Today I was sharing the sauna with a former officer of the Swedish armed forces. Now he works in logistics and was selected due to his skills in leadership and management (yeah yeah, you might be laughing now). Even though I suppose that most people wouldn't associate modern leadership (or corporate leadership) skills in general with military drill I have to admit that the guy made a couple of interesting statements today. Firstly he was referring to the requirement to understand, interpret and react to group dynamics in a very short time frame when you're leading in the army. That goes far beyond management by orders. The way he was talking about it was very much in a "seeking to understand before seeking to be understood" way of leading even though the army is perceived as a strict following-order-system (which in a lot of particular situations the army will find itself in makes total sense).
The more important statement he made with regards to taking decisions. He said: in the military you cannot afford to postpone decisions. Many people's life depend on a decision that has to be made. So you make the decision, you move the platoon and then you reflect and analyze if the next decision should be taken differently of if another decision would have been a better choice. But at the end of the day it's more difficult to hit a moving target.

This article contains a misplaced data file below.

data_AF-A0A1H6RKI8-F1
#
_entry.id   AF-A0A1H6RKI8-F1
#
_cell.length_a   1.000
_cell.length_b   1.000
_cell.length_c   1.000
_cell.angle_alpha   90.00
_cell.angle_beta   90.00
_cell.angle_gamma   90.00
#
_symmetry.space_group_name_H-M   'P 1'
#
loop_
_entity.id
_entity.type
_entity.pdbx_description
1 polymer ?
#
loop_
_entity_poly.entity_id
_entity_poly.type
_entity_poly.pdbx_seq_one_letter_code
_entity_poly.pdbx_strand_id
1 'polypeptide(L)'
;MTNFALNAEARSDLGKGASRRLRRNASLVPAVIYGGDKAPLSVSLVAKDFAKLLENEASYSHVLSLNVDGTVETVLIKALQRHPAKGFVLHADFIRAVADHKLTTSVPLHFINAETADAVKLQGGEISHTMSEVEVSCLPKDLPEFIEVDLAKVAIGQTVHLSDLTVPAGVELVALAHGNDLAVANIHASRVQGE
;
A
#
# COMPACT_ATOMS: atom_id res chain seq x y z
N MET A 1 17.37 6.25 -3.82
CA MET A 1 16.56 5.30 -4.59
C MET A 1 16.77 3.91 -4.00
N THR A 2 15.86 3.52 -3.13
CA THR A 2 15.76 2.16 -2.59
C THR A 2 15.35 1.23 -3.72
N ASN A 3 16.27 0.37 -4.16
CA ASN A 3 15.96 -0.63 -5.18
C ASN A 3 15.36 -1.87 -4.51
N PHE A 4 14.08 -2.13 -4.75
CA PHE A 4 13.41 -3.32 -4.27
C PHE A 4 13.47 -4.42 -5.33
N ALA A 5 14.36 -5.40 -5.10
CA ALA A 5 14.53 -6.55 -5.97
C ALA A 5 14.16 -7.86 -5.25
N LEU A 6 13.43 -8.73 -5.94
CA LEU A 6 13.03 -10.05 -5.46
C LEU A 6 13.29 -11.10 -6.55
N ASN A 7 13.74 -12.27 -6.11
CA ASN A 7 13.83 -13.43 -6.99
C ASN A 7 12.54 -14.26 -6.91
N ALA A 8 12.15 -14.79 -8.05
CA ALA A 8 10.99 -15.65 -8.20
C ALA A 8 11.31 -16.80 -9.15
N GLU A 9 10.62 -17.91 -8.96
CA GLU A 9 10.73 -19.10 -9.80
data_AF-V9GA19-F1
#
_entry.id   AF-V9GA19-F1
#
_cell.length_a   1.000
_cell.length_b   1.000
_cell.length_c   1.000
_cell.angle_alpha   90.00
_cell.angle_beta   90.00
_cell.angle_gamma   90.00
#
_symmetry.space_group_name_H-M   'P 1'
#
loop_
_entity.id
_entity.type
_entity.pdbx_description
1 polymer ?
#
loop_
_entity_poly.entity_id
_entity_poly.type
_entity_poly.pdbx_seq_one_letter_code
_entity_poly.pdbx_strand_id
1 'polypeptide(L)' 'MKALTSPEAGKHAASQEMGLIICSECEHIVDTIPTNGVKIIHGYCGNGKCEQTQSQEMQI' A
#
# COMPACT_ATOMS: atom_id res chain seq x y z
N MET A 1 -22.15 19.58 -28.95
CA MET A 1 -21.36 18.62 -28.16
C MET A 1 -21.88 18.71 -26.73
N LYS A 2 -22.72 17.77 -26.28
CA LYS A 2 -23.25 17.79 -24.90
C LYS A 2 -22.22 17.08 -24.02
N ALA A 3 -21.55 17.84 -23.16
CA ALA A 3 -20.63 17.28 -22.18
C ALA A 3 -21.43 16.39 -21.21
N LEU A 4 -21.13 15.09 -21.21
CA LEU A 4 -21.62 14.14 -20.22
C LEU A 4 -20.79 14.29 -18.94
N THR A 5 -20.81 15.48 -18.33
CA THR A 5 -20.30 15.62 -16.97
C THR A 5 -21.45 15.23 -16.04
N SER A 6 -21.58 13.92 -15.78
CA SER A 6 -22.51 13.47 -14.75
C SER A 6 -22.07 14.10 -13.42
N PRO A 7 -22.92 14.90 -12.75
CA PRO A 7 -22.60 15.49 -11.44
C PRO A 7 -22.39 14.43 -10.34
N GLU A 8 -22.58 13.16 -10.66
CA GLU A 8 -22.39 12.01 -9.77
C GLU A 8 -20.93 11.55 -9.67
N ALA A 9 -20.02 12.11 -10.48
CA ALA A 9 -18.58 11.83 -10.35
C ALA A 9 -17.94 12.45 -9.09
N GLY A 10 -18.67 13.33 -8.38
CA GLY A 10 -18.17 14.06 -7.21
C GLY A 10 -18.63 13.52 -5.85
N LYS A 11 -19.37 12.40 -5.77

To hit a moving target…
From my experience a lot of companies do exactly the opposite. They freeze in continuous self reflection (instead of resonating on the outside world). Too many organizations are too involved with themselves trying to make sure that the next step will be the most accurate and forward looking one. At the same time competitors that are more agile and risk affine will actually make a move, overtake and then adjust their movement and direction on the go to keep the pole position.
It's hard to hit a moving target… I'd really be interested in a more sufficient analysis of successful and leading corporations and the way they take decision – they way they are led by a combination of business leaders and operations. Got a tip for me?